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Specialist provider of advisory & consultancy services to
agriculture and other natural resource-based industries

First study of impact of using biotech-GM maize in Vietnam highlights substantial economic and environmental benefits

Published: 1st October 2020

First study of impact of using biotech/GM maize in Vietnam highlights substantial economic and environmental benefits. Highlights in the peer reviewed paper include: 225,000 hectares have been planted to maize containing GM traits in Vietnam since 2015 and in 2019, the technology was used on 10.2% of the total maize crop. The technology has enabled Vietnamese farmers to obtain higher yields from better pest and weed control: the GM varieties out-performed conventional varieties by +30.4% (+15.2% if the yield comparison is with only the nearest performing equivalent conventional varieties). The extra production and reduced cost of pest and weed control have provided maize farmers with higher incomes equal to an average of between US $196 per ha (relative to equivalent conventional varieties) and US $330 per ha (average of all conventional varieties). In terms of investment, for each extra US dollar invested in GM maize seed (relative to the cost of conventional seed), farmers gained an average of between US $6.84 and US $ 12.55 in extra income. These levels of return are at the higher end of the range of performance for similar maize seed GM technology in other adopting countries. Aggregate farm incomes have increased by a total of between US $43.8 million (based on the yield gains relative to the nearest equivalent conventional varieties) and US $74.1 million (based on yield gains relative to all conventional varieties). The maize seed technology has reduced insecticide and herbicide spraying. The average amount of herbicide active ingredient applied to the GM crop area was 26% lower than the average value for the conventional maize area and in terms of the associated environmental impact of the herbicide use[3], it was lower by 36% than the average value applicable to the conventional maize area. Insecticides were used on a significantly lower GM crop area and, when used, in smaller amounts. The average amount of insecticide applied to the GM maize crop was 78% lower than the average value for the conventional maize area and, in terms of the associated environmental impact of the insecticide use, it was also lower by 77%.

New paper quantifies 15 years of economic and environmental benefits from using biotech-GM crops in Colombia[1]

Published: 11th February 2020

Highlights in the peer reviewed[2] paper include: About 1 million hectares have been planted to cotton and maize containing GM traits in Colombia since 2003 and in 2018, the technology was used on the equivalent of 90% and 36% respectively of the total cotton and (commercial) maize crops. Use of this technology has enabled Colombian farmers to obtain higher yields from better pest and weed control (+30.2% from using stacked - herbicide tolerant and insect resistant cotton and +17.4% from using stacked maize). The extra production and reduced cost of pest and weed control have provided maize farmers with higher incomes equal to an average of US $294/ha and an average return on investment equal to +US $5.25 for each extra US $1 spent on GM maize seed relative to conventional seed. For cotton farmers, the average increase in income has been + US $358/ha, with an average return on investment equal to +US $3.09 for each extra US $1 spent on GM seed relative to conventional seed. Farm incomes have increased by a total of just over US $300 million since 2003. The cotton and maize seed technology have reduced insecticide and herbicide spraying by 779,400 kg of active ingredient (-19%) and, as a result, decreased the environmental impact associated with herbicide and insecticide use on these crops (as measured by the indicator, the Environmental Impact Quotient (EIQ)) by 26%. The technology has also facilitated cuts in fuel use, resulting in a reduction in the release of greenhouse gas emissions from the GM cotton and maize cropping area and contributed to saving scarce land resources.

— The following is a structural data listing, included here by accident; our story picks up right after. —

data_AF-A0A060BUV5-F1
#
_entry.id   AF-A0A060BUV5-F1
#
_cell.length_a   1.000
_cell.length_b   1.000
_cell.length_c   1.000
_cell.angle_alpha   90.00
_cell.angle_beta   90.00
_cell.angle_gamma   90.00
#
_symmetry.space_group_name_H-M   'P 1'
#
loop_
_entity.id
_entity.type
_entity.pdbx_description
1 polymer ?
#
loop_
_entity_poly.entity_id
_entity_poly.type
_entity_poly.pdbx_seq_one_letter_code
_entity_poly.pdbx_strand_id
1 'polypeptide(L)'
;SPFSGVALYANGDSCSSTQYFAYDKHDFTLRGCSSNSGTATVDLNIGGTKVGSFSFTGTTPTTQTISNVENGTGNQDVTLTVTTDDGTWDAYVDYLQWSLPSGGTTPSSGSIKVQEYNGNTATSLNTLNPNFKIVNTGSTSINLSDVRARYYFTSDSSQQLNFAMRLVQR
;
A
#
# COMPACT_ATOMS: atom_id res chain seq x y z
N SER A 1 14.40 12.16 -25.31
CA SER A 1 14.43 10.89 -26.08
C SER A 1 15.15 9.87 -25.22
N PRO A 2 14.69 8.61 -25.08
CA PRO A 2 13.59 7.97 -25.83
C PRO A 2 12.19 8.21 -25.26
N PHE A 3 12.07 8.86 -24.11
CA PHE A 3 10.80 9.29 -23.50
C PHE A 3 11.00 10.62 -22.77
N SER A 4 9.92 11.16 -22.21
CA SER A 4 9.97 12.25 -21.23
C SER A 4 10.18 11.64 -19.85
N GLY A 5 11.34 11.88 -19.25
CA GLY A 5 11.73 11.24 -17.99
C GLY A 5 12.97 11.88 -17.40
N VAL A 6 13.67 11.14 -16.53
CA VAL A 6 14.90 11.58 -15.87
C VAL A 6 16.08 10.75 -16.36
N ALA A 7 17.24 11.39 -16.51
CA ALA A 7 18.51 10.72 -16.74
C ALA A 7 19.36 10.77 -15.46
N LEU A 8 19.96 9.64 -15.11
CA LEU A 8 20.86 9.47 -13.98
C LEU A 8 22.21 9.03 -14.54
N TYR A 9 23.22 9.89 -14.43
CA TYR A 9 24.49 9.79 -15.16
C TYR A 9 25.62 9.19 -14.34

Welcome to PG Economics

PG Economics Limited is a specialist provider of advisory and consultancy services to agriculture and sectors that both service/supply agriculture and use agricultural raw materials. Our specific areas of specialisation are new technology use in agriculture (eg, plant biotechnology, new breeding techniques), agricultural production systems, agricultural markets, policy, regulation and trade agreements.

The Earth’s population is expected to grow to 9.7 billion over the next 33 years, and that’s a huge exponential growth rate. We only hit our first billion total in 1800. All in all, it adds up to a lot of mouths to feed, especially when you consider the vast hunger issues that certain parts of the world face today. How can this be done both sustainably and reliably without destroying our planet? Do we ‘simply’ need to produce more food? Or is it more important to sort out distribution networks, develop new technological solutions to keeping food fresh, and cut down on waste? Denis Murphy is Professor of biotechnology at University of South Wales, Helen Woodfield is a lecturer at Cardiff University's School of Biosciences and Graham Brookes is an agricultural economist. Chaired by Jonathon Harrington.

Hay Festival 2018 - more information ...

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